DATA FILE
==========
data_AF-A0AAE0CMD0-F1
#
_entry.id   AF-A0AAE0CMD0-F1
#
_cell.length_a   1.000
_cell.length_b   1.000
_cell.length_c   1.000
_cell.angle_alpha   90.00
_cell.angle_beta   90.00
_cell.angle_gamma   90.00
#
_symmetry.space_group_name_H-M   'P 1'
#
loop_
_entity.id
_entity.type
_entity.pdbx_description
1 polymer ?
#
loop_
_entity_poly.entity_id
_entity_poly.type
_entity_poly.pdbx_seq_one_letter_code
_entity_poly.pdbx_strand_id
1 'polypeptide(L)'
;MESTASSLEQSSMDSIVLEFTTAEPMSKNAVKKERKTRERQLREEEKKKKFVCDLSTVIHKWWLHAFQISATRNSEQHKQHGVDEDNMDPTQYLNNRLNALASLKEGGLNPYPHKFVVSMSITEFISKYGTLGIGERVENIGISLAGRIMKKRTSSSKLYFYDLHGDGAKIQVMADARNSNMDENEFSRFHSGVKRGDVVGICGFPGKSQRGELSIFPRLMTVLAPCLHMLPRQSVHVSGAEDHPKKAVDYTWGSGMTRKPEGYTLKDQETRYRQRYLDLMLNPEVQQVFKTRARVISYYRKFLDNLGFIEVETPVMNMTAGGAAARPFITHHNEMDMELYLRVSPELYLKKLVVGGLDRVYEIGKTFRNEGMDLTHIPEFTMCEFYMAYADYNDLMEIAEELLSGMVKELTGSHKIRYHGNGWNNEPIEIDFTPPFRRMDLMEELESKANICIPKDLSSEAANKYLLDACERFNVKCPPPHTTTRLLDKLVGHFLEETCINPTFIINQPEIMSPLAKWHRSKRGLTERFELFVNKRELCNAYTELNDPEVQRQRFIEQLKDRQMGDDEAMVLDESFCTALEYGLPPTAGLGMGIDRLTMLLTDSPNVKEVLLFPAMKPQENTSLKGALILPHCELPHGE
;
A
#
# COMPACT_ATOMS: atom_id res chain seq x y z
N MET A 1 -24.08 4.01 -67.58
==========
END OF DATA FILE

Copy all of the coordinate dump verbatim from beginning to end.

data_AF-A0AAE0CMD0-F1
#
_entry.id   AF-A0AAE0CMD0-F1
#
_cell.length_a   1.000
_cell.length_b   1.000
_cell.length_c   1.000
_cell.angle_alpha   90.00
_cell.angle_beta   90.00
_cell.angle_gamma   90.00
#
_symmetry.space_group_name_H-M   'P 1'
#
loop_
_entity.id
_entity.type
_entity.pdbx_description
1 polymer ?
#
loop_
_entity_poly.entity_id
_entity_poly.type
_entity_poly.pdbx_seq_one_letter_code
_entity_poly.pdbx_strand_id
1 'polypeptide(L)'
;MESTASSLEQSSMDSIVLEFTTAEPMSKNAVKKERKTRERQLREEEKKKKFVCDLSTVIHKWWLHAFQISATRNSEQHKQHGVDEDNMDPTQYLNNRLNALASLKEGGLNPYPHKFVVSMSITEFISKYGTLGIGERVENIGISLAGRIMKKRTSSSKLYFYDLHGDGAKIQVMADARNSNMDENEFSRFHSGVKRGDVVGICGFPGKSQRGELSIFPRLMTVLAPCLHMLPRQSVHVSGAEDHPKKAVDYTWGSGMTRKPEGYTLKDQETRYRQRYLDLMLNPEVQQVFKTRARVISYYRKFLDNLGFIEVETPVMNMTAGGAAARPFITHHNEMDMELYLRVSPELYLKKLVVGGLDRVYEIGKTFRNEGMDLTHIPEFTMCEFYMAYADYNDLMEIAEELLSGMVKELTGSHKIRYHGNGWNNEPIEIDFTPPFRRMDLMEELESKANICIPKDLSSEAANKYLLDACERFNVKCPPPHTTTRLLDKLVGHFLEETCINPTFIINQPEIMSPLAKWHRSKRGLTERFELFVNKRELCNAYTELNDPEVQRQRFIEQLKDRQMGDDEAMVLDESFCTALEYGLPPTAGLGMGIDRLTMLLTDSPNVKEVLLFPAMKPQENTSLKGALILPHCELPHGE
;
A
#
# COMPACT_ATOMS: atom_id res chain seq x y z
N MET A 1 -24.08 4.01 -67.58